Tuesday, July 6, 2010

Price Trends: 55" 1080p LCD HDTVs

Big screens require a big budget, so if you're in the market for a super-sized LCD, you should expect to pay upwards of $1,000. However, recent deal data suggests relief could be coming in soon. Back in May we saw a 55" 120Hz LG LCD go for $999 (free shipping), the lowest price ever for any brand-name 55" 120Hz set.

In addition, in June we listed a $989 55" 240Hz LCD, albeit from a third-tier brand (ProScan). Still, we hope these manufacturers can push their name-brand counterparts to price these coveted TVs south of the $1,000 mark.

*55" 60Hz sets were not included in any of this data.

Price Trends on 42" LCDs
Price Trends on 46" - 47" LCDs
Price Trends on 52" LCDs

Friday, July 2, 2010

Price Trends: 52" 1080p LCD HDTVs

Unlike their 42" and 46" counterparts, 52" LCDs are currently on the rebound with most prices pointing up. 60Hz and 120Hz sets have been neck and neck for the past few months, but they've recently spiked above the $1,000 mark. On the high end of the spectrum, 240Hz and LED sets are comfortably above the $1,500 mark, although prices on LED sets recently took a dive (and from the looks of our June data, it appears the trend will continue with prices dipping even lower).

It's worth noting that we haven't listed any 52" 3D LCD deals. In fact, we've only listed one 52" 3D TV deal and that was for a plasma TV. The majority of big-screen 3D HDTV deals fall under the 55" category, which we'll take a look at next week.

Price Trends on 42" LCDs
Price Trends on 46" - 47" LCDs

(Best deal for a 50" plasma in May: $599)

Thursday, July 1, 2010

Price Trends: 46" - 47" 1080p LCD HDTVs

46" and 47" TVs are quickly becoming the new standard for HDTV owners. Fortunately, that means an abundance of deals on these sets. On the entry-level side, both 60Hz and 120Hz displays are virtually neck and neck price-wise, so there's no reason to settle for a 60Hz set.

If you want to future-proof your TV (and who doesn't), 240Hz and LED-backlit TVs are dropping in price with deals for the past two months comfortably coming in below the $1,000 mark.

However, it's worth noting that the price drop on LED-backlit LCDs is being led by 3rd-tier vendors, particularly ProScan. A set from Vizio, Toshiba, or Sharp still sits in the sub $1,200 range. Meanwhile, 3D LCD HDTVs in this size category have taken a massive drop (all of them from Samsung), although the cheapest 3D TV is still $466 over the price of the most affordable LED TV.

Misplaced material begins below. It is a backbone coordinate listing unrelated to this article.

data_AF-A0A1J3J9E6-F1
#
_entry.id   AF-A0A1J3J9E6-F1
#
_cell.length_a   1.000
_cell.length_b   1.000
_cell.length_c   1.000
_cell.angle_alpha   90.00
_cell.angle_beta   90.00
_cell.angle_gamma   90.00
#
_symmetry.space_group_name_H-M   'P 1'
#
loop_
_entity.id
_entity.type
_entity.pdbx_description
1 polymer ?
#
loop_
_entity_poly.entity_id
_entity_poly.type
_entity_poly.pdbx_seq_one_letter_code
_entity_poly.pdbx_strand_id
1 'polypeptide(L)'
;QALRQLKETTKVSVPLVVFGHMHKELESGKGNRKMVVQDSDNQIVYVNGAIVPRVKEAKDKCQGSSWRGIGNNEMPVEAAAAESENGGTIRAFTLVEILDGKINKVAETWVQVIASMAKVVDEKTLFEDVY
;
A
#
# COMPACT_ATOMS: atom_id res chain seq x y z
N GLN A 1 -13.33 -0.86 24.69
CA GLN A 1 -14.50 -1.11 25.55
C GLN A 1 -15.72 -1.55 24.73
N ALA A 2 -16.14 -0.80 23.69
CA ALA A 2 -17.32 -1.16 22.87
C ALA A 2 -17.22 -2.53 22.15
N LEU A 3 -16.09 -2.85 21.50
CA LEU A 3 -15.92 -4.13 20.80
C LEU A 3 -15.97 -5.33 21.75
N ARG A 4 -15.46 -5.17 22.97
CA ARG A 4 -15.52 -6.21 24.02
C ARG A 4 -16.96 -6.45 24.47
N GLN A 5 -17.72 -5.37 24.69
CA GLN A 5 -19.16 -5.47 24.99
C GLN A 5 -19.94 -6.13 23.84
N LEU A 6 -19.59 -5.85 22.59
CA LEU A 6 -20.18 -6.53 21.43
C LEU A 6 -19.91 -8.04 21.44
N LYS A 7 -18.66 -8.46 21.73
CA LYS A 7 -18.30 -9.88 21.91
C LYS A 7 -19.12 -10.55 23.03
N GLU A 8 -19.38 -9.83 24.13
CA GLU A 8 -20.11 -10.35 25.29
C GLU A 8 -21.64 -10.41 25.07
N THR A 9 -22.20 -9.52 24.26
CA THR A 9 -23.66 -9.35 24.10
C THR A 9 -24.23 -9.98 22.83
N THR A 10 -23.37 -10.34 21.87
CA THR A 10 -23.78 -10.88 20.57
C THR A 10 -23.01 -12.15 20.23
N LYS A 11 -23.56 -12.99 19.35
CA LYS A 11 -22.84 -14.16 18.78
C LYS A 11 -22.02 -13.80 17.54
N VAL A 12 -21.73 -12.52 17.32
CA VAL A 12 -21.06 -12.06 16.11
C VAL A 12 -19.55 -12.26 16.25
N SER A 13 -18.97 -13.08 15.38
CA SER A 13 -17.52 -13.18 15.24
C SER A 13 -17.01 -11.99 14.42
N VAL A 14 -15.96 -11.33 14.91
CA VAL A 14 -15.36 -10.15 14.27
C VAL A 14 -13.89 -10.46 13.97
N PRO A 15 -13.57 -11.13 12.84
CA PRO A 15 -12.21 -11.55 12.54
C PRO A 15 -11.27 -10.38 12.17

Price Trends on 42" LCDs

Wednesday, June 30, 2010

Thoughts on Hulu Plus

After countless rumors and leaks, yesterday Hulu finally announced the first wave of its new premium service — Hulu Plus.

The new service will cost $9.99/month and grant you access to a deeper library of content than what the current free version of Hulu offers. In other words, you'll not only get current shows and episodes, but entire back catalogs with every episode from every season. And here's where it really gets interesting, Hulu Plus will be available as a free app for the Apple iPhone and iPad, for the Microsoft Xbox 360 (coming in 2011), and Sony Playstation 3. In addition, it will be built into select Sony and Vizio television sets and Blu-ray players. (At launch, only Samsung TVs with access to the Samsung App Store will be able to download the Hulu Plus App.)

The free version of Hulu will still be around, but for serious TV junkies, Hulu Plus promises hours of TV available any time from a handful of mobile and living room devices. However, I personally think Hulu Plus is a horrible deal. Here's why:

The current version of Hulu has embedded ads, albeit short and not as many as traditional TV, but it's a free service, so you really can't complain. Hulu Plus on the other hand is not free and yet it will also include ads. Now you could say, "I pay for cable TV, and I still get ads," but cable TV gives you access to tons of shows from various networks. Hulu Plus will only grant you access to shows from ABC, Fox, and NBC. (And with ABC wanting to break off and do its own thing, I wonder how that will affect Hulu's content.)

Personally, I think $9.99/month is expensive. Very expensive. That's $119.88/year that you could otherwise pocket. What bothers me the most is that Hulu Plus is not an answer for cable cutters. Like I said above, the majority of content will come from three networks so if you're a fan of Iron Chef, International House Hunters, or Dinner Impossible, Hulu Plus is essentially useless. (And let's not get started on sports, news, or music stations, none of which you'll find on Hulu Plus.)

Furthermore, do you really need access to every episode of 30 Rock, Family Guy, The Office, etc. That's a lot of content and I bet most subscribers won't get the most from their money. Instead, you'll end up paying your monthly cable bill and paying an additional $10/mo. for Hulu Plus. You're being milked for access to content you most likely won't watch. And if you do watch it, do you really want to watch it from an iPhone or iPad (as great as those screens may be)?

Google TV
Hulu Plus will launch with Samsung as its HDTV partner. Interestingly enough, Sony (which is partners with Google on its Google TV initiative) will also get Hulu Plus embedded into its TVs and Blu-ray players. Even the PS3 will get Hulu Plus (late July) beating Microsoft's Xbox 360 to the punch. The difference here is that Google TV will be free, whereas Hulu Plus is not. It's too early to tell which company will offer the better service, but to our wallets, Google TV + the non-subscription version of Hulu sounds a lot better than Hulu Plus.